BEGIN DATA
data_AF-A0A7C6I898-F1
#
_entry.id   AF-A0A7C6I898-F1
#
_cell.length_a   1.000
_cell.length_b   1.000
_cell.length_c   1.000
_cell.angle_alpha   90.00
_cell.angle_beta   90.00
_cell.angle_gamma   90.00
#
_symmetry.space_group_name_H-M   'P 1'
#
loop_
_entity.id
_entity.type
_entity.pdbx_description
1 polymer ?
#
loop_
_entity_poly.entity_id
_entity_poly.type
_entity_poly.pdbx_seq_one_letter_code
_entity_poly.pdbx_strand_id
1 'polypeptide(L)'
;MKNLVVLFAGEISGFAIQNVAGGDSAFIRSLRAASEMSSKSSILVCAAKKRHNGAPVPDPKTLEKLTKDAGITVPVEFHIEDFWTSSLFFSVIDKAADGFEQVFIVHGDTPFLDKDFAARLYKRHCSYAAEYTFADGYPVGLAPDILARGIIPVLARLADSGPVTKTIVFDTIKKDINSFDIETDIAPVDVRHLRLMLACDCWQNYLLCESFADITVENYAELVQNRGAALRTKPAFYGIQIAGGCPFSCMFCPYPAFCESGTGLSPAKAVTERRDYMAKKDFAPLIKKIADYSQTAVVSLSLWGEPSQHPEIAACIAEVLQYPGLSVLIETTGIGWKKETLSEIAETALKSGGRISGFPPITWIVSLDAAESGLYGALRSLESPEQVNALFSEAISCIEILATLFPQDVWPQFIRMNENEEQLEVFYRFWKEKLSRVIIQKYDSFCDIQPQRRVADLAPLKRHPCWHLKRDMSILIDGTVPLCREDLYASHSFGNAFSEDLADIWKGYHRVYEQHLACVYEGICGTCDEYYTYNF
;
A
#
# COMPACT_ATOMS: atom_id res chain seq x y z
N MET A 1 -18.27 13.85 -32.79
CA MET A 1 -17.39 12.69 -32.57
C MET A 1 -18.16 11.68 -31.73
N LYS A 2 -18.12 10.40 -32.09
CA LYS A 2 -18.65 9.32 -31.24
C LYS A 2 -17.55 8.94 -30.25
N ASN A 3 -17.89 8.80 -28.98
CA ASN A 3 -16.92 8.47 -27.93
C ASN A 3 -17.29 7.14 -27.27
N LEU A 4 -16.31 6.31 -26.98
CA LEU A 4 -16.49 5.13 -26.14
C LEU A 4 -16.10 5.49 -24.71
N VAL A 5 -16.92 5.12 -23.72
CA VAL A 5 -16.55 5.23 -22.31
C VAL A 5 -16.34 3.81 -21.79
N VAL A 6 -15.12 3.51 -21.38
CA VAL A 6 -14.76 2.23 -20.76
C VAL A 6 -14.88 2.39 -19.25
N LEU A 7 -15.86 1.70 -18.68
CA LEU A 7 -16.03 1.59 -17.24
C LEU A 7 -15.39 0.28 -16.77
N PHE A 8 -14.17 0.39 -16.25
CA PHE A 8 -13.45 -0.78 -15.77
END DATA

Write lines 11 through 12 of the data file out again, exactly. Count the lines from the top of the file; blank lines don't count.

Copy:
#
_symmetry.space_group_name_H-M   'P 1'